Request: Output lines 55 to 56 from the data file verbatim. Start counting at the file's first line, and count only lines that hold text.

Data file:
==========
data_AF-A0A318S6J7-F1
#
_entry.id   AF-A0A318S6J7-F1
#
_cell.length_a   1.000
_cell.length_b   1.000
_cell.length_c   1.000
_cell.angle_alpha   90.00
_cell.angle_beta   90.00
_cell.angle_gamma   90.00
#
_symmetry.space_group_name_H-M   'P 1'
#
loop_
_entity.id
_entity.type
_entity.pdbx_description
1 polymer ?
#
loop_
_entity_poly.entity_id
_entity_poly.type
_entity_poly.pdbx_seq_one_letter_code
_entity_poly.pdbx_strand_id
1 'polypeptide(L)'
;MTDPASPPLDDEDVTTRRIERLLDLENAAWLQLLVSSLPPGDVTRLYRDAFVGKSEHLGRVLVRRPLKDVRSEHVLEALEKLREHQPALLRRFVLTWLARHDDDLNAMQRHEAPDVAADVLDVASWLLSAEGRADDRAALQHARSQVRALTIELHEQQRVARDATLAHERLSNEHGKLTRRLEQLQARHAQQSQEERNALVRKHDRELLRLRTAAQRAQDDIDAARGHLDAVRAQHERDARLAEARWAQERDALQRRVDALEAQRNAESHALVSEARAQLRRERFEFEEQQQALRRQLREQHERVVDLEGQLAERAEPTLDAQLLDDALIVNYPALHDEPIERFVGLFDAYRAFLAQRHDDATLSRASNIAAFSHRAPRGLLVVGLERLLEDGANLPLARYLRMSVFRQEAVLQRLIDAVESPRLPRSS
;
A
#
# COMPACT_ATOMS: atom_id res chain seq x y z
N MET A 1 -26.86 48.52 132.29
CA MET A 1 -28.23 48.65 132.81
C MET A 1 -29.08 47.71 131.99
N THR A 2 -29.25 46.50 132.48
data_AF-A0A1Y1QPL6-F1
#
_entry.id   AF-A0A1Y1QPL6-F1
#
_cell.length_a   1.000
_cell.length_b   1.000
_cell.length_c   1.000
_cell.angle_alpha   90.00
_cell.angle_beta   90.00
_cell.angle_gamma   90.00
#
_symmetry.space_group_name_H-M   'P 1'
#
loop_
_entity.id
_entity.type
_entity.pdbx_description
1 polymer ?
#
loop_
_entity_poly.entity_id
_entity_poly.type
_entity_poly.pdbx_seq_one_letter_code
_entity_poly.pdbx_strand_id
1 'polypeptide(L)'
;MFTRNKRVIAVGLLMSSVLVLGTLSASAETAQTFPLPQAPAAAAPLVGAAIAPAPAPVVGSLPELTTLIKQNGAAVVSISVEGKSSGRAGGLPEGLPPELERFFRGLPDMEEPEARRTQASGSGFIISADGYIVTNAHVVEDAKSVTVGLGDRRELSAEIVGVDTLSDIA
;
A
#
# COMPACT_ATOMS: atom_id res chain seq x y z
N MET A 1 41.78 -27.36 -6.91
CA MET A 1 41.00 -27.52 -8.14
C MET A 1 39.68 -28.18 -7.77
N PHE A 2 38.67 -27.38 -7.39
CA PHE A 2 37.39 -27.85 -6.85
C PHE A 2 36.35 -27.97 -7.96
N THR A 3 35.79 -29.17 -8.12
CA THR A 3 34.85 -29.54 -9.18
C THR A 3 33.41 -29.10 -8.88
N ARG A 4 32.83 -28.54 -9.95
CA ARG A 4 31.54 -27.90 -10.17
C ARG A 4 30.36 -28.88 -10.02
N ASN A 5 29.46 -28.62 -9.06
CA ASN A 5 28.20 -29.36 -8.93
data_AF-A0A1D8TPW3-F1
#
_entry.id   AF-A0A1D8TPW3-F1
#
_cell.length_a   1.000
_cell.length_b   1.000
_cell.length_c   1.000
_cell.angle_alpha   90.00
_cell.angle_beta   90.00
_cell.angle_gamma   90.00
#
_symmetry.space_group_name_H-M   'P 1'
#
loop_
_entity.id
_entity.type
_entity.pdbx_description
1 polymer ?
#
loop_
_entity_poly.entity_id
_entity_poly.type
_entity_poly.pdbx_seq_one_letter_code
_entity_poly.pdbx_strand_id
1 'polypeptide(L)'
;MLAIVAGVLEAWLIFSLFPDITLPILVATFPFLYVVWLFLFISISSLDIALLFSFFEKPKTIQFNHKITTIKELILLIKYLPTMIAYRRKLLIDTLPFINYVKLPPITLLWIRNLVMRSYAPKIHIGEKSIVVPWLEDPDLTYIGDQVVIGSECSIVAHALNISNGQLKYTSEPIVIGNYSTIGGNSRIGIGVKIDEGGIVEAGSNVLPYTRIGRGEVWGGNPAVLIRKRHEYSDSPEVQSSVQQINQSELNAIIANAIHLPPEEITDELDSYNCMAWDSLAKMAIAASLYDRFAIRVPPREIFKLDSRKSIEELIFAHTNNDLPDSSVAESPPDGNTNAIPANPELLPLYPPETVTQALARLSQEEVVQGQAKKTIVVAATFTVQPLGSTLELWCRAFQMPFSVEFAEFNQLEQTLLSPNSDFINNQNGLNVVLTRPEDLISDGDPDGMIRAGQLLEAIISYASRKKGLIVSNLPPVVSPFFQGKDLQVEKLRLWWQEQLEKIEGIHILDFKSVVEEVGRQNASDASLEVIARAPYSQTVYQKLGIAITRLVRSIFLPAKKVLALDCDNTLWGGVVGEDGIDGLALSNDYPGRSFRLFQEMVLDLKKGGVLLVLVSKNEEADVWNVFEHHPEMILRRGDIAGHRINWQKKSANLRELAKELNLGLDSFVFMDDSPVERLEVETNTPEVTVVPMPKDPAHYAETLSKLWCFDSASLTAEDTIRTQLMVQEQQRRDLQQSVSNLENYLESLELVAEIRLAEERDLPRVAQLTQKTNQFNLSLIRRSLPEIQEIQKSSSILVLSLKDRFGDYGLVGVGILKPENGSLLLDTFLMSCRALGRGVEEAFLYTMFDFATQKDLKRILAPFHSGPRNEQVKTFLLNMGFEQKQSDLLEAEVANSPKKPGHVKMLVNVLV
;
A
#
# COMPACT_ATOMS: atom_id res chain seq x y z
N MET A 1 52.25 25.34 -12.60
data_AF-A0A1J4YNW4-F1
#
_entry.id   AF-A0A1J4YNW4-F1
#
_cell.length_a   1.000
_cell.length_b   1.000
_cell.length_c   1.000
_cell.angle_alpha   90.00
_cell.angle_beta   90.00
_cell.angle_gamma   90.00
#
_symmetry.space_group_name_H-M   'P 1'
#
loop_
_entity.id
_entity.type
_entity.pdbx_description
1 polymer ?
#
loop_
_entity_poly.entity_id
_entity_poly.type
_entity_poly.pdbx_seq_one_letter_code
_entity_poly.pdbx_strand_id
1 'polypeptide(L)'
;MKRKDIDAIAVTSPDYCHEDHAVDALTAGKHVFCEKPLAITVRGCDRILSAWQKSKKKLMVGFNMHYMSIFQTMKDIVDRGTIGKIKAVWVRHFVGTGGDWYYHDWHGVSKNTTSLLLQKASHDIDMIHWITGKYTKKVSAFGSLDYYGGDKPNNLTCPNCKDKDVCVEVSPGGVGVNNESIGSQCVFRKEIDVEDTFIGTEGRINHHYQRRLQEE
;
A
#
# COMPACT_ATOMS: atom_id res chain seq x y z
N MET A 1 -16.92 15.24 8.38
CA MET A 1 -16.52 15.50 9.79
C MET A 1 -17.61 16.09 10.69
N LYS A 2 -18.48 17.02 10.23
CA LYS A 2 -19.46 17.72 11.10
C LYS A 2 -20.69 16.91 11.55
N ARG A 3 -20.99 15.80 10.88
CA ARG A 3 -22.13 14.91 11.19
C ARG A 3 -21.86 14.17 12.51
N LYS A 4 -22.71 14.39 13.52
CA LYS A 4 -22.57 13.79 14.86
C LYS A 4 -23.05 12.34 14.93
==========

_entity_poly.entity_id
_entity_poly.type